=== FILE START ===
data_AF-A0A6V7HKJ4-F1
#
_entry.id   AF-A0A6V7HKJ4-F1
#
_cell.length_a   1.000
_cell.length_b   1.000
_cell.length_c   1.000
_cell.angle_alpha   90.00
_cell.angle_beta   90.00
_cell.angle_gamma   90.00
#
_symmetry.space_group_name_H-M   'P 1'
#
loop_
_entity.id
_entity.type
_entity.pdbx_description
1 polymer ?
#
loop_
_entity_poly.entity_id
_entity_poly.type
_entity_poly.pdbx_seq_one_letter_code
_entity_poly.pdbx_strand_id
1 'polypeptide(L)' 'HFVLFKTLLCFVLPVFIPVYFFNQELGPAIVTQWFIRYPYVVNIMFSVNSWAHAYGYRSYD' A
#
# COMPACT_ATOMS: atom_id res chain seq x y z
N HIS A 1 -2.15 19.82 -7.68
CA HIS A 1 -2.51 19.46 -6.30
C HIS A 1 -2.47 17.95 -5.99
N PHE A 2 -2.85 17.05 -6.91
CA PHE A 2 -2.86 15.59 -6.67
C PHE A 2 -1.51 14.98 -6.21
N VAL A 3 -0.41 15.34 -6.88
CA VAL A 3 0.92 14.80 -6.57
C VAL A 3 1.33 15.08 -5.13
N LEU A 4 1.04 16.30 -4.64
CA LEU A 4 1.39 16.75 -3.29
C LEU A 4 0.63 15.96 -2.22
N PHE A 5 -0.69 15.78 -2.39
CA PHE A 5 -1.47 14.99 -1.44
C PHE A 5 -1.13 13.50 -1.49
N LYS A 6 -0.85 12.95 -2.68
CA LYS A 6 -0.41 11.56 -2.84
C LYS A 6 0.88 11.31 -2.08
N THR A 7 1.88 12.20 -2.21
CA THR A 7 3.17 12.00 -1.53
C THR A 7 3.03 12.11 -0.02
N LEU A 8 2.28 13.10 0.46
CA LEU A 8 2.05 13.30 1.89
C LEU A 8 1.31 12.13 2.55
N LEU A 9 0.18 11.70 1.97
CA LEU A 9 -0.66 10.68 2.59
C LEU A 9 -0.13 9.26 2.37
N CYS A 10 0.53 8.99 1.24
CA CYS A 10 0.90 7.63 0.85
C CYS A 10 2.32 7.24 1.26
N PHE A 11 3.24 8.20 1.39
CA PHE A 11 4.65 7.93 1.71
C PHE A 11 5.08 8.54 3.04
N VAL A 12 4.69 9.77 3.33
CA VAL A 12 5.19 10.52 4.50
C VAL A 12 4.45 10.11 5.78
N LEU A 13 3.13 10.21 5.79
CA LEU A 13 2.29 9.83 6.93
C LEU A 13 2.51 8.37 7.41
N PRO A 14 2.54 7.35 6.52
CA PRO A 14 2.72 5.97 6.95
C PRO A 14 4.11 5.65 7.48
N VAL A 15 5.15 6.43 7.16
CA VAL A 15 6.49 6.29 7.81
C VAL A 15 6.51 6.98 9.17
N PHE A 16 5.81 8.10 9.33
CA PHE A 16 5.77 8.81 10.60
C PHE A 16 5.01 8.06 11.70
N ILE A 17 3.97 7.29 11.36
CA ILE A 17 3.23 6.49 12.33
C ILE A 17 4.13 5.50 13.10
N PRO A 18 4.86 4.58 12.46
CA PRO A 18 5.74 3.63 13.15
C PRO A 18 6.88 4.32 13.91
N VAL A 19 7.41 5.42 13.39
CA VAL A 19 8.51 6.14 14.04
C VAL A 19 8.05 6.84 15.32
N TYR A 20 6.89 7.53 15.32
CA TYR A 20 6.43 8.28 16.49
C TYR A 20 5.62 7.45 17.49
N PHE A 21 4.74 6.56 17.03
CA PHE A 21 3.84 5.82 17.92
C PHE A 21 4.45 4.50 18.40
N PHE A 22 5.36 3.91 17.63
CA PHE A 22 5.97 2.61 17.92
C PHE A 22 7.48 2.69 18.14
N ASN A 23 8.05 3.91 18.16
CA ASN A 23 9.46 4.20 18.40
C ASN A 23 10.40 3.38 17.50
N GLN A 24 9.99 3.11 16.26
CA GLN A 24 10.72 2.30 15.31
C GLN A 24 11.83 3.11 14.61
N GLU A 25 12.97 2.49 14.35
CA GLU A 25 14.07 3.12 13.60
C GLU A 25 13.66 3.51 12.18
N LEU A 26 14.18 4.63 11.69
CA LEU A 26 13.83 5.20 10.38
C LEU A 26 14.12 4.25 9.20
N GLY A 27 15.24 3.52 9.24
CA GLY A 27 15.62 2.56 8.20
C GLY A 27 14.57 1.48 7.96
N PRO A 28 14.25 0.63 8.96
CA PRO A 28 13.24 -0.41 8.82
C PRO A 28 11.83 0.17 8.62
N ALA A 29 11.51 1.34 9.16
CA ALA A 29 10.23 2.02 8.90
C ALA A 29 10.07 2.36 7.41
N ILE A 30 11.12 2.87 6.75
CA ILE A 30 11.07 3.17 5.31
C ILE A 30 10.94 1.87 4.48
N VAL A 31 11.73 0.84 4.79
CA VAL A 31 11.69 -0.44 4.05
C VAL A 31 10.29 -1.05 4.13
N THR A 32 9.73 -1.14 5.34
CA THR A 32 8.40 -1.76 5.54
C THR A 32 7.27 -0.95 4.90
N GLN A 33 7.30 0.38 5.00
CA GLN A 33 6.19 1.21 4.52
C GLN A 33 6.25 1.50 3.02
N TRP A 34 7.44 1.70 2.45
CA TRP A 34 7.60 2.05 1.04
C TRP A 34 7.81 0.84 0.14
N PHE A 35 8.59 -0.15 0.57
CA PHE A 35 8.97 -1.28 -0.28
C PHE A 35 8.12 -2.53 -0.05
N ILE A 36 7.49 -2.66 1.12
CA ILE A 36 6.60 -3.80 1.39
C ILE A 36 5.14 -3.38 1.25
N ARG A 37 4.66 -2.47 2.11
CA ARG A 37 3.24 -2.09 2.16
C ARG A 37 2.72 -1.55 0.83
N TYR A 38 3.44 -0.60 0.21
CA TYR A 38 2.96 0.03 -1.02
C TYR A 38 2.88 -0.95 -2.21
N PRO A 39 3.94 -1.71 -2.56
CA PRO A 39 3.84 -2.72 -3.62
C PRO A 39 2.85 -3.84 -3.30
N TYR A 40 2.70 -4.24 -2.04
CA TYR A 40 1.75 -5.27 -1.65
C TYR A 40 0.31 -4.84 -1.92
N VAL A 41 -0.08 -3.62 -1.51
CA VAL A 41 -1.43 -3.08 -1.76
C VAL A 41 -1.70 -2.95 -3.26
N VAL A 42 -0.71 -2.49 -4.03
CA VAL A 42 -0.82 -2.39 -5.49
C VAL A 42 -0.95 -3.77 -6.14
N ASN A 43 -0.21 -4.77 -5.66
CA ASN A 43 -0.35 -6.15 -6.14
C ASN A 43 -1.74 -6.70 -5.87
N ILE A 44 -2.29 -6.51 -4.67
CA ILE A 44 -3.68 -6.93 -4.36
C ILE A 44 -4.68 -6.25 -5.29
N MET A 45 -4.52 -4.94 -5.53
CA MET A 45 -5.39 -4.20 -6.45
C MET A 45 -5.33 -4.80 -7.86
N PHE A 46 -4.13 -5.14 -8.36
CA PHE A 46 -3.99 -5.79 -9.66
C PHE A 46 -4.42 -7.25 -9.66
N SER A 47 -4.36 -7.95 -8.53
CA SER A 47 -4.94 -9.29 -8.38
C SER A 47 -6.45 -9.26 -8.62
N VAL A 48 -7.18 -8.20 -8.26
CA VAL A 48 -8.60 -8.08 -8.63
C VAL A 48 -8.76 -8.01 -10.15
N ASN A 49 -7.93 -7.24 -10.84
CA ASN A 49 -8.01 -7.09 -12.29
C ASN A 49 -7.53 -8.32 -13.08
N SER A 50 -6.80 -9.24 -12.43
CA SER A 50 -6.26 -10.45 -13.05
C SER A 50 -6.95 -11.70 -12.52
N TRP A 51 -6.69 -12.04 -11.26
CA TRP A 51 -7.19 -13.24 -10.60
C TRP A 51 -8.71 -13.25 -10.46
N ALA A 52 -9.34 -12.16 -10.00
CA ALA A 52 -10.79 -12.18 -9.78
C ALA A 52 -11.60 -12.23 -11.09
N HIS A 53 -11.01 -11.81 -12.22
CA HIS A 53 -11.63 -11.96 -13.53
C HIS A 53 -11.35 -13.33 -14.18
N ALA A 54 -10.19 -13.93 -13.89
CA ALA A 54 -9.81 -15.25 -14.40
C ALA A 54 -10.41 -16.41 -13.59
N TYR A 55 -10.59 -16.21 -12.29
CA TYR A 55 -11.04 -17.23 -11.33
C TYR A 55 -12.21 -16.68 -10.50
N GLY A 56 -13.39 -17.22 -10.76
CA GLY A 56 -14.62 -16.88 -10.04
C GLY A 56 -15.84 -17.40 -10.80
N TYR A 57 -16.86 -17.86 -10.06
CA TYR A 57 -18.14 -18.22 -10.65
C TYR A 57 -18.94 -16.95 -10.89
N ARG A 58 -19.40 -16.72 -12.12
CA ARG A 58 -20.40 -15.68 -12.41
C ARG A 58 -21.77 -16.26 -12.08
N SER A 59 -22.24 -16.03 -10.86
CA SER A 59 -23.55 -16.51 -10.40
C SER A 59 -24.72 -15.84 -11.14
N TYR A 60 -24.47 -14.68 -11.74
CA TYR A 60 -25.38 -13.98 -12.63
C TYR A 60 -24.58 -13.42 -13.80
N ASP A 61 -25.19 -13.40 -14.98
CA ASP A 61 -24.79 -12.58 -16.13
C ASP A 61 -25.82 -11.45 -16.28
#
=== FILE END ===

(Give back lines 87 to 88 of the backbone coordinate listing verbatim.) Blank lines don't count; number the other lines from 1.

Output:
C TYR A 20 5.62 7.45 17.49
N PHE A 21 4.74 6.56 17.03